Who are you currently working with and how long have you been with each rider?
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Randy with his exclusive 450F client, Nick Wey

Photo: Simon Cudby

I have an exclusive MX/SX deal with Ryan [Villopoto], and Nick [Wey]. I have been working with Nick for about a year now and I started with Ryan in June 05’.

What do you mean by exclusive deal?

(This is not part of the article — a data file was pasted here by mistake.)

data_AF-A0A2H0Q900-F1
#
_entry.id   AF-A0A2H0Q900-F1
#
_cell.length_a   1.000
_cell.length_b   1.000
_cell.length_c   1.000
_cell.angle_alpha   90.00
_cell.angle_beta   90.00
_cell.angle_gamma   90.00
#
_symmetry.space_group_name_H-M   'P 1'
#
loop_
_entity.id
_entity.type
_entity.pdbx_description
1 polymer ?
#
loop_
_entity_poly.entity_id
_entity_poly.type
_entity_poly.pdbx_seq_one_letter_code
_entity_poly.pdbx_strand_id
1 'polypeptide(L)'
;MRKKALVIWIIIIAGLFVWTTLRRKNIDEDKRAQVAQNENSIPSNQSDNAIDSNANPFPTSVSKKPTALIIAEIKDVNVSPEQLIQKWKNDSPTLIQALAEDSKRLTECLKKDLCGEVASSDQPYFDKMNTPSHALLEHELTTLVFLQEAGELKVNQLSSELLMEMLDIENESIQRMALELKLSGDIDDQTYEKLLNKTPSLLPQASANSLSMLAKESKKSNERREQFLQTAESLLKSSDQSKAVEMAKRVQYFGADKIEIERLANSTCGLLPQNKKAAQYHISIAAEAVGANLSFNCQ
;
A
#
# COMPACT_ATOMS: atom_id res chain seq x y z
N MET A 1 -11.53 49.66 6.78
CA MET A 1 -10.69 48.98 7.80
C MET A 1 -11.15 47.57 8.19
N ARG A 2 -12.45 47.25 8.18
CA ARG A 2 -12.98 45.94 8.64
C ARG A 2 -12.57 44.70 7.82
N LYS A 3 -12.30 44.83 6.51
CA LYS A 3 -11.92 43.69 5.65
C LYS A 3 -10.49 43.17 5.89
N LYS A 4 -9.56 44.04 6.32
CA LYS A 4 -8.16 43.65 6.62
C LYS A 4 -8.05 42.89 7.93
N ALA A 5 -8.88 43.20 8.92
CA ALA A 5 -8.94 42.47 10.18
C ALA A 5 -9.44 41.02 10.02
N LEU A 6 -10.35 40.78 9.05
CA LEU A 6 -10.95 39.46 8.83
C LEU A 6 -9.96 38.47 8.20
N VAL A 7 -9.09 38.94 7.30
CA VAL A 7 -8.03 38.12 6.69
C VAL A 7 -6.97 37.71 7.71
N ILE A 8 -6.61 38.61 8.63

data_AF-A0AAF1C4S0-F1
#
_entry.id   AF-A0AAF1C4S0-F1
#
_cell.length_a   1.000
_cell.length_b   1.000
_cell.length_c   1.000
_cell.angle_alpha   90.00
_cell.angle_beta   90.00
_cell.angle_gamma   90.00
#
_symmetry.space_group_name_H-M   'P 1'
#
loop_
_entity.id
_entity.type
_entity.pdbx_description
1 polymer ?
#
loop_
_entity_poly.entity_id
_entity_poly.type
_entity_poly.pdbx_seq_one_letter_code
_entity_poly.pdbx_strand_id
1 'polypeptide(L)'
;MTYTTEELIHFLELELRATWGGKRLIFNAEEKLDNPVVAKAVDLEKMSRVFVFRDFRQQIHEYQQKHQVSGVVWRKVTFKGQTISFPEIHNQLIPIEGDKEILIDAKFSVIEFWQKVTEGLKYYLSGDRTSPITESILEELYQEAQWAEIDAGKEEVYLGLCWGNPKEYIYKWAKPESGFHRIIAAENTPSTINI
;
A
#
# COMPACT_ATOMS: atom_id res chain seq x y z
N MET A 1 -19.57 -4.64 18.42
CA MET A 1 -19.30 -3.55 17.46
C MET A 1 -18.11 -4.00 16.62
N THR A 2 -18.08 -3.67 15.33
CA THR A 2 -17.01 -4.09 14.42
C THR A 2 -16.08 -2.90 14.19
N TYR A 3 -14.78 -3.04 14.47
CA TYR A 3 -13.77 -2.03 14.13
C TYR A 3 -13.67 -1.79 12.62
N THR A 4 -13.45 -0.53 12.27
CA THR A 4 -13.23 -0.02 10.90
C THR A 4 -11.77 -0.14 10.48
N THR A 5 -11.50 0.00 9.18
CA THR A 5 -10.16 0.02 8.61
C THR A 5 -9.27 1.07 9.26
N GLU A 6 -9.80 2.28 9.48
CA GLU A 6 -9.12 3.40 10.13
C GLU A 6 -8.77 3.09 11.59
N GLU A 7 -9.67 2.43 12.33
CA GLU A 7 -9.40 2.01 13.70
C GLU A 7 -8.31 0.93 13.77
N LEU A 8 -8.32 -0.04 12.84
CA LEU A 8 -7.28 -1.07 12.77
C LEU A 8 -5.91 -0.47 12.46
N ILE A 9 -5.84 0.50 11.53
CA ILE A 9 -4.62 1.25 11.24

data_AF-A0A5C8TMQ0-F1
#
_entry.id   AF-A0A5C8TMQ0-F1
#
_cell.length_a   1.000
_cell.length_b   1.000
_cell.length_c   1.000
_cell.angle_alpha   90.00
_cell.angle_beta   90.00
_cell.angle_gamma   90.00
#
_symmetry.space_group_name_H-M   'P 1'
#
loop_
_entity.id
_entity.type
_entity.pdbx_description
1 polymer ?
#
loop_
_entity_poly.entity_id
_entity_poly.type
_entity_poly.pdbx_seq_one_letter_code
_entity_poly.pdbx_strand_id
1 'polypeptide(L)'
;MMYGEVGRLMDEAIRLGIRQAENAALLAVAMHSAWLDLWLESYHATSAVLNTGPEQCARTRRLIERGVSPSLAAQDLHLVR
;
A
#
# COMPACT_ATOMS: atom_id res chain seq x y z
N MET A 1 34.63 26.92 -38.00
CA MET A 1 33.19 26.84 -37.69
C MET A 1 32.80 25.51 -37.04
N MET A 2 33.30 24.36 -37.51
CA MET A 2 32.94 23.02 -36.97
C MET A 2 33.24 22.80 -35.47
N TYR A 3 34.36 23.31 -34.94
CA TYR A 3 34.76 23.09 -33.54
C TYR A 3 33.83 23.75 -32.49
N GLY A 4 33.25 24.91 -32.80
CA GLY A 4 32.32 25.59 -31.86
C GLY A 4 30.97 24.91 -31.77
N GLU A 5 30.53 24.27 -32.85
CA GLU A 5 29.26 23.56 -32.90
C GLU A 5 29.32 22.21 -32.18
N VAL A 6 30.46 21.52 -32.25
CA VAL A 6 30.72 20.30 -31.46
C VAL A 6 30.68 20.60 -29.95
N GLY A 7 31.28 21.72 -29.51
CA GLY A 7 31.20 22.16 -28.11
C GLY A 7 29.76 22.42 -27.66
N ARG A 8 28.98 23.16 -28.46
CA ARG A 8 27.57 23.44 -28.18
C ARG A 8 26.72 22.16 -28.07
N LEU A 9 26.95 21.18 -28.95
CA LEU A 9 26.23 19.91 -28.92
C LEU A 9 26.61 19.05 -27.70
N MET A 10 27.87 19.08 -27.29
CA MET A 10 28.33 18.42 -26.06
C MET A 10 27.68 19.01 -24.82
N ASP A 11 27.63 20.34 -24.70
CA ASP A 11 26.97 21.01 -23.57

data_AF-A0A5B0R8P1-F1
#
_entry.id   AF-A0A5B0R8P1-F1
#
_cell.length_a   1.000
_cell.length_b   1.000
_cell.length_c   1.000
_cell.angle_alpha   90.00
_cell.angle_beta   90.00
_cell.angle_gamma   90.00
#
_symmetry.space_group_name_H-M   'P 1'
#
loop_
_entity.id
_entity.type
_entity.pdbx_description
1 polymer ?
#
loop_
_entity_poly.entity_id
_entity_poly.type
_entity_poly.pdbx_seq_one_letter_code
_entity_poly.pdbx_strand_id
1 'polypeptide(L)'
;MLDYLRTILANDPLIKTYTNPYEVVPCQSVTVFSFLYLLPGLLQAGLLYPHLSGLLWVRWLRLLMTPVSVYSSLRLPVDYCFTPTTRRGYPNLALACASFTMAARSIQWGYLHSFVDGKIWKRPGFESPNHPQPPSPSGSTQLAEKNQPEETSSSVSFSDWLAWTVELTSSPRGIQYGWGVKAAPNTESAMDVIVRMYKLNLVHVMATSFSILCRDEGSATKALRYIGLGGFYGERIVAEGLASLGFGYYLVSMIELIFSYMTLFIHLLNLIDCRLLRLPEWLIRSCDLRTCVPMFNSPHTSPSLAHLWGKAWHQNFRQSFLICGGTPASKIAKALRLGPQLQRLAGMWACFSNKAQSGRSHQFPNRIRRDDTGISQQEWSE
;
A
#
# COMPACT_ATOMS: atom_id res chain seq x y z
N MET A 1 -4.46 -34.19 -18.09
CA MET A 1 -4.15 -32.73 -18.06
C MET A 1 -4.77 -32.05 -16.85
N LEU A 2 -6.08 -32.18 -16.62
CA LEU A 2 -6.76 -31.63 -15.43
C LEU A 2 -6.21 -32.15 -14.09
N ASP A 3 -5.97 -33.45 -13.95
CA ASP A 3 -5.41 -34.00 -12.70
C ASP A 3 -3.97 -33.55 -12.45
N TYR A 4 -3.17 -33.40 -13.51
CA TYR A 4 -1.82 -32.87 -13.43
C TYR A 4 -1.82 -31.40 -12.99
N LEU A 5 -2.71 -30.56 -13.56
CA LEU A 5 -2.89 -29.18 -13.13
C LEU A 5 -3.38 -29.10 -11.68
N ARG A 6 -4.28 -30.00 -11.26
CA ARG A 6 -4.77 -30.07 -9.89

Nick is the only 450 guy and I can work with and Ryan is the only Lites guy. That way there isn’t a conflict of interest. Those two work really well together. Nick is a veteran of racing and training and with Ryan just coming into it all, he sometimes doesn’t always understand why he has to do certain things. Nick is a great motivator for Ryan and Ryan is the young hungry kid that is super fast and really good at sprints, some of the stuff that Nick may have lost over the last six or seven years. So the balance seems to be working really well so far.

How did you end up working with each one of them?